Reading and Thinking Football

Football, including books thereon and idiosyncratic thinking thereabout

College Teams’ Last Road Trip Win

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With the current talk about how the revised college football playoff is going to work, one of the questions implicit in such an endeavor is how to compare teams across conferences. The biggest problem with comparing college football teams across conferences is they’re typically very poorly connected. Take, for instance, the question of whether Alabama or Oklahoma State should have been LSU’s opponent last year. They didn’t play each other. They didn’t play any of the same teams. There were actually 13 second-order, but 11 of those were non-BCS games, and the BCS and non-BCS tiers of Division I-A are hardly on the same level. If you discount those games as not particularly meaningful, you have, in total, 0 zeroth-order datapoints, 0 first-order datapoints, and 2 second-order datapoints. It’s hard to speak of those teams as playing in anything like the same league; you’re probably better off comparing middle-tier clubs in the English Premier League to middle-tier clubs in Italy’s Serie A.

The way to solve this problem is by playing more intersectional games. Because I was bored this afternoon, I decided to look up when each team won their last road game in a state played where a member of that team’s conference was not playing. For instance, Iowa got no credit for playing at Pitt, because Iowa is in the same conference as Penn State, which is also in Pennsylvania (and I’m ignoring, for the purposes of this post and any future post where I don’t highlight the distinction as something I’m not ignoring, that four states, including Pennsylvania, are officially commonwealths). I’m also only including true road wins; no credit directional state in an NFL stadium in a big metropolitan area where you have more alumni than they do.

Here are your results by conference:

Boston College-2010, Syracuse
Clemson-1981, Kentucky
Duke-2009, Army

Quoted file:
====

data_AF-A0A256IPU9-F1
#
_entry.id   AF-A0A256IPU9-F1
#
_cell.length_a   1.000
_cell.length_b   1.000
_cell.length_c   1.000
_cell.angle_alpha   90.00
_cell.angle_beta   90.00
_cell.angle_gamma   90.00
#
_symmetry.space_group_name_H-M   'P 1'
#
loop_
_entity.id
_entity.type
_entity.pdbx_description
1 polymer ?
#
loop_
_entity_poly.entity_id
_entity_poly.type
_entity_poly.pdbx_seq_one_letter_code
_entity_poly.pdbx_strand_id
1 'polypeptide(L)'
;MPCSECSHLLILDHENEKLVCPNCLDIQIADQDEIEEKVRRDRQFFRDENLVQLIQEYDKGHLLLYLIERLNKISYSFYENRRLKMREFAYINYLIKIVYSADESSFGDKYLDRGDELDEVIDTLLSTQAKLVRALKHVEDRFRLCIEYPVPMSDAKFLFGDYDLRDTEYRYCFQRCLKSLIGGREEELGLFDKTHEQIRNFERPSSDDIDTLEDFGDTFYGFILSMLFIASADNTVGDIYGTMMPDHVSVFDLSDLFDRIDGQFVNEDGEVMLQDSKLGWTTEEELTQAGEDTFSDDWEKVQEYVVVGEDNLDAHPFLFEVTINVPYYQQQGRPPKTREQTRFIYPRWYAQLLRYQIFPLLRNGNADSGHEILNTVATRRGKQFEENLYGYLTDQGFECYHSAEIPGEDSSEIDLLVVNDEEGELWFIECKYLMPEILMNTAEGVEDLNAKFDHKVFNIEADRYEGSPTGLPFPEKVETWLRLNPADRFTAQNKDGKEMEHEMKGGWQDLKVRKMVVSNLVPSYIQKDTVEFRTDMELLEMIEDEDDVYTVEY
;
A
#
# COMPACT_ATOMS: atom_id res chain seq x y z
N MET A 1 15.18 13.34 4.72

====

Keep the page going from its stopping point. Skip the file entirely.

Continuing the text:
Florida State-2009, BYU
Georgia Tech-2011,  Middle Tennessee State
Maryland-2007, Rutgers
Miami-2008, Texas A&M
North Carolina-2010, Rutgers
North Carolina State-2002, Texas Tech
Virginia-2011, Indiana
Virginia Tech-2011, Marshall
Wake Forest-2008, Baylor
Summary: Clemson! Yes, Tigers fans, I neglected your glorious triumph over Duke in Tokyo in 1991, because it doesn’t fit my criteria. That’s a really impressive streak of non-accomplishment, though. Beyond that, not much of interest here. The opponents aren’t all the greatest, but you don’t have to go back very far to find wins.

Big Ten
Illinois-2007, Syracuse
Indiana-2010, Western Kentucky
Iowa-2006, Syracuse
Michigan-1999, Syracuse
Michigan State-2000, Missouri
Minnesota-2010, Middle Tennessee State
Nebraska-2011, Wyoming
Northwestern-2011, Boston College
Ohio State-2007, Washington
Penn State-1999, Miami-FL
Purdue-2005, Arizona
Wisconsin-2010, UNLV
Summary: It’s been a while for two of the conference’s historical heavyweights, as neither Michigan nor Penn State has won a foreign true road game in the 2000’s. Both have had, though, a number of opportunities to get the win; they just haven’t won.

Baylor-2009, Wake Forest
Iowa State-2011, Connecticut
Kansas-2003, Wyoming
Kansas State-2011, Miami-FL
Oklahoma-2011, Florida State
Oklahoma State-2010, Louisiana-Lafayette
Texas-2011, UCLA
Texas Tech-2011, New Mexico
West Virginia-2011, Maryland (as a member of the Big East, 0 seasons in B12)
Summary: A pretty strong record, with Kansas the only outlier. A couple uninspiring opponents, but road games are road games.

Arizona-2010, Toledo
Arizona State-2006, Colorado (not then a member of Pac-X)
Cal-2009, Minnesota
Colorado-2002, UCLA (as a member of the Big 12, also beat Washington State at Seattle in 2005 before joining)
Oregon-2010, Tennessee
Oregon State-2009, UNLV
Stanford-2011, Duke
Southern California-2011, Notre Dame
UCLA-2010, Texas
Utah-2011, Pittsburgh
Washington-2007, Syracuse
Washington State-2005, Nevada
Summary: I expected the Pac-X to grade out fairly well here, just because of the number of relatively close opponents outside the conference’s footprint. The surprise on this list, though, is that the above list has only three pseudo-scrubs on it and one of those (Toledo) isn’t even western. Keep in mind as well that the Pac-X plays one more conference game than everybody else, which means, on the whole, 25% fewer chances to play (and win) foreign true road games.

Alabama-2011, Penn State
Arkansas-2003, Texas
Auburn-1997, Virginia
Florida-1977, Rice (beat Rutgers in 1986 at Giants Stadium)
Georgia-2008, Arizona State
Kentucky-2003, Indiana (beat Miami-OH in 2009 at Paul Brown Stadium)
LSU-2011, West Virginia
Mississippi-1998, Southern Methodist
Mississippi State-2010, Houston
Missouri-2009, Nevada (as a member of the Big 12, 0 seasons in SEC)
South Carolina-2009, NC State (beat East Carolina in 2011 in Charlotte)
Tennessee-2001, Notre Dame
Texas A&M-2008, New Mexico (as a member of the Big 12, 0 seasons in SEC)
Vanderbilt-2009, Rice
Summary: S-E-C! S-E-C! S-E-C! Only Clemson’s streak prevents the SEC from taking the top three places on this list in Florida, Auburn, and Ole Miss. The Gators stand in a class by themselves, as they haven’t had an opportunity for a win that counts in the past two decades.


Written by Tom Gower

June 6, 2012 at 21:22

Posted in College Football

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